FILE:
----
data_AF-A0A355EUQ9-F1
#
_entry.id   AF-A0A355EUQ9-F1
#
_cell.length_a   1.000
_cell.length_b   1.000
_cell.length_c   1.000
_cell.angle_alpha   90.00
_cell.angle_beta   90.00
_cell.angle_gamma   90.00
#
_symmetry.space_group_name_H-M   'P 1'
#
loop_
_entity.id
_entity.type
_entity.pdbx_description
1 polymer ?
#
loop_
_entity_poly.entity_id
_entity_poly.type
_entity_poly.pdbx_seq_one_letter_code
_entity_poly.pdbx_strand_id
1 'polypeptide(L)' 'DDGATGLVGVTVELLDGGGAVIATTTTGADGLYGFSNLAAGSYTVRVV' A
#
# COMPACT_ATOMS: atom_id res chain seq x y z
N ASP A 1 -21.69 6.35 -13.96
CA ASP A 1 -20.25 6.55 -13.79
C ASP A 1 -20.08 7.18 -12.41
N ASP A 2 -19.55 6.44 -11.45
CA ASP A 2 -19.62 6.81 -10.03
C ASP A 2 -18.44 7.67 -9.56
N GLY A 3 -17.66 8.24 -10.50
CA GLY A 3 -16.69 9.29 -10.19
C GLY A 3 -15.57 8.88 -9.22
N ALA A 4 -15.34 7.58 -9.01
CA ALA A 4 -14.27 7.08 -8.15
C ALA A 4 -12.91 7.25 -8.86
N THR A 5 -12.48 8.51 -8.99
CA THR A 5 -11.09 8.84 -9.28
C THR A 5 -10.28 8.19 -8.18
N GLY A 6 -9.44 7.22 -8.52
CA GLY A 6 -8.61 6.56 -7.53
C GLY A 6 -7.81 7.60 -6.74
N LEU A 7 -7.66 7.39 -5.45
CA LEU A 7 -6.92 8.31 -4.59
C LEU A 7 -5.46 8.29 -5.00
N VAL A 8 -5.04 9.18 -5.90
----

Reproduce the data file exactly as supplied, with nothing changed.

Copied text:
data_AF-A0A355EUQ9-F1
#
_entry.id   AF-A0A355EUQ9-F1
#
_cell.length_a   1.000
_cell.length_b   1.000
_cell.length_c   1.000
_cell.angle_alpha   90.00
_cell.angle_beta   90.00
_cell.angle_gamma   90.00
#
_symmetry.space_group_name_H-M   'P 1'
#
loop_
_entity.id
_entity.type
_entity.pdbx_description
1 polymer ?
#
loop_
_entity_poly.entity_id
_entity_poly.type
_entity_poly.pdbx_seq_one_letter_code
_entity_poly.pdbx_strand_id
1 'polypeptide(L)' 'DDGATGLVGVTVELLDGGGAVIATTTTGADGLYGFSNLAAGSYTVRVV' A
#
# COMPACT_ATOMS: atom_id res chain seq x y z
N ASP A 1 -21.69 6.35 -13.96
CA ASP A 1 -20.25 6.55 -13.79
C ASP A 1 -20.08 7.18 -12.41
N ASP A 2 -19.55 6.44 -11.45
CA ASP A 2 -19.62 6.81 -10.03
C ASP A 2 -18.44 7.67 -9.56
N GLY A 3 -17.66 8.24 -10.50
CA GLY A 3 -16.69 9.29 -10.19
C GLY A 3 -15.57 8.88 -9.22
N ALA A 4 -15.34 7.58 -9.01
CA ALA A 4 -14.27 7.08 -8.15
C ALA A 4 -12.91 7.25 -8.86
N THR A 5 -12.48 8.51 -8.99
CA THR A 5 -11.09 8.84 -9.28
C THR A 5 -10.28 8.19 -8.18
N GLY A 6 -9.44 7.22 -8.52
CA GLY A 6 -8.61 6.56 -7.53
C GLY A 6 -7.81 7.60 -6.74
N LEU A 7 -7.66 7.39 -5.45
CA LEU A 7 -6.92 8.31 -4.59
C LEU A 7 -5.46 8.29 -5.00
N VAL A 8 -5.04 9.18 -5.90